Thoughtful Giving

On Black Friday I completed my holiday shopping. I didn’t buy anything. We enjoyed the physical and mental health benefits of taking a walk in a lovely nature park we’d never been to before.

I don’t have any children (so there’s no social pressure), my parents have passed away, and I have an understanding with my brother and my partner that I don’t exchange Christmas gifts.

This doesn’t mean that I don’t do gifts. I don’t engage in compulsory consumption. Buying gifts between Black Friday and December 25 can often lead to wastefulness, greed, envy, and resentment.

The Wrong Gift

When I was a little boy, nothing drove home the downside of this compulsory giving like my Grandma saying, “You can always return it if you don’t like it,” before I could even get the wrapping paper off her gift. At the time I hadn’t mastered the fake enthusiasm necessary to convince someone that I loved their taste in sweaters.

But, it seems we never managed the trek downtown to exchange the unliked gift for something I actually wanted. Instead, the sweater got shoved in a drawer. Mom’s motto was, “It’s the thought that counts.”

Mom was right. But, unfortunately, the thought was, “I have to get my grandson something for Christmas. I have no idea what he wants or needs. Screw it. I’ll get this sweater.”

There were three kinds of presents that disappointed me on Christmas morning. When I got what I asked for, it wasn’t as amazing as it had looked on TV. When I got what I didn’t ask for, I felt deprived of the thing that I really wanted. Perhaps the most devastating of all was when I got the wrong brand or model of the thing that I’d asked for. This would disappoint me both in the present and in the future by thwarting me from making the request again because I “already had one.”

Assuming that it’s the thought that counts, how should we think about gift giving so that the thought isn’t depressing?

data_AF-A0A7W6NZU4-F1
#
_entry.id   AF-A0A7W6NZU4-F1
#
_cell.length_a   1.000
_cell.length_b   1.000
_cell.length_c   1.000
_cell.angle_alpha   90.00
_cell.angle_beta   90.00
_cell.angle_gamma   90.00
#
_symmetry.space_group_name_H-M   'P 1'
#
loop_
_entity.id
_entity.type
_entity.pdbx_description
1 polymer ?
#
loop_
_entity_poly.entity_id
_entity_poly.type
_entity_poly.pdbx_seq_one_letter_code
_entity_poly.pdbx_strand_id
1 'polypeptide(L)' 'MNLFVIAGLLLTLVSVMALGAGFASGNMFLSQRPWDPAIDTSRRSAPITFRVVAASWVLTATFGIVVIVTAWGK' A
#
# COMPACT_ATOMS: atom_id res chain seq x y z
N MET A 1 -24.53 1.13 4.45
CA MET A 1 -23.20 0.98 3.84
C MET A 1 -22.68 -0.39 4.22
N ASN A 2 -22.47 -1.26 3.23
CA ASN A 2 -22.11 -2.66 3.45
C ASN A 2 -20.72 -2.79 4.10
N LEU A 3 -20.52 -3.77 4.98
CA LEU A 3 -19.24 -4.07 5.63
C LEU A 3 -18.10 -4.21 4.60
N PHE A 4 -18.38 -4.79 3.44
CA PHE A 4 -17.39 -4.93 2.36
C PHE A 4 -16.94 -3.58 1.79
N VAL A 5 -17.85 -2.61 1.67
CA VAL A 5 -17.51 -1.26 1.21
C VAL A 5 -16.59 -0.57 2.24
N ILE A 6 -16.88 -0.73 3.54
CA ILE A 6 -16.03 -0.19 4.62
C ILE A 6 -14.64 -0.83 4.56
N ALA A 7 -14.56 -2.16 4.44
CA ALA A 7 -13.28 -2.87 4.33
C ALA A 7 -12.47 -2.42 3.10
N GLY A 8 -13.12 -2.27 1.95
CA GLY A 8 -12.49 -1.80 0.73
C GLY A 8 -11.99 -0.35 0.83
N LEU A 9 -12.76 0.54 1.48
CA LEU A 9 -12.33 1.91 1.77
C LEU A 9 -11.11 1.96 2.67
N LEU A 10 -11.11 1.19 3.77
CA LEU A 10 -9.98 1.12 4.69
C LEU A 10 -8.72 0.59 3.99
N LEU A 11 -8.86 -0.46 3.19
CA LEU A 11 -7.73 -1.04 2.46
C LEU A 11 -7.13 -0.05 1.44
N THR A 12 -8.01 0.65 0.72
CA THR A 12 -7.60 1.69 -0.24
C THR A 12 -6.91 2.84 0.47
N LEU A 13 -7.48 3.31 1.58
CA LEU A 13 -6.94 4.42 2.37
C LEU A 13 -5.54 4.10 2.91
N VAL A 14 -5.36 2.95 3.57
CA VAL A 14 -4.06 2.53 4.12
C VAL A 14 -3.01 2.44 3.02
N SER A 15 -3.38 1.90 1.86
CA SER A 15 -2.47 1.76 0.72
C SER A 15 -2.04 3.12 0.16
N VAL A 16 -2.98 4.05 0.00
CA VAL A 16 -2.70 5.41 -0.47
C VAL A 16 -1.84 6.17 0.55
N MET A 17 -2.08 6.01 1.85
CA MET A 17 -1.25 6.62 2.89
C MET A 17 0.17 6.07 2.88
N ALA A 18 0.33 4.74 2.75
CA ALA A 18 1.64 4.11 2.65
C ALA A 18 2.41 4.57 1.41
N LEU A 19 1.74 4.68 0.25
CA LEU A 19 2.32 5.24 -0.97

Jean Franzblau of Cuddle Santuary recently posted, “How to Use Love Languages for Holiday Gift Giving,” which suggests some ways to make your thoughts count.

Though I wince at the phrase “love languages,” there is some evidence that these categories of giving can boost one’s mental well-being.

Ten Minute Exercise

1. Set a timer for ten minutes.

2. Jot down a list of names of people with whom you exchange gifts.

• For each person on your list, come up with an admirable quality you’ve observed in them and write down a few words to express your appreciation. Tell them in whatever way seems most appropriate: in person, over the phone, via text message, or online.

Since there’s no cost, you don’t have to be budget conscious with this one. You don’t have to limit it to the holidays either.

• For each person on your list, ask yourself whether there’s an act of service you could perform that would make their life easier.

Perhaps a friend could really use an evening out and needs a babysitter, or a pet sitter, a lawn mowed, or something that aligns with one of your particular skill sets.

• For each person on your list who enjoys receiving gifts, ask yourself whether an experience or a physical good would be more appropriate.

Sometimes a meal at a nice restaurant, tickets to a concert, sporting event or other cultural event can have more lasting value. Sometimes baking cookies or knitting a pair of socks (risky unless they pick out the yarn and pattern) might work.   

To make this revenue neutral, find something that you’ve gotten the use out of and sell it online.

It feels good to de-clutter.     

• For each person on your list, ask yourself whether they’d enjoy some good quality time with you.

Sometimes just putting away all devices and distractions and giving someone your undivided attention can be an amazing gift.

• For each person on your list, ask yourself whether they’d enjoy a nice back rub, foot massage, or cuddle.

First, this idea will seem absurd or wildly inappropriate for some people on your list, so it might make you laugh.

Second, touch can help produce the hormone oxytocin, which eases anxiety, and makes one feel connected. It can be a natural, organic antidepressant.

(If you want to give yourself this gift and are drawing blanks on who to get a hug from, you can see if there’s a professional cuddler or community cuddle event in your area.)

3. Don’t exclude yourself from this list. Self-care is important during the holidays. Ask yourself which of these ways is most appropriate for meeting your own needs. Don’t be afraid to ask for (or give yourself) what you really want.

4. When the timer sounds, allow yourself to sigh with relief or give yourself a pat on the back for finishing your gift list.

Author: Bruce Cantwell

Writer, journalist and long-time mindfulness practitioner.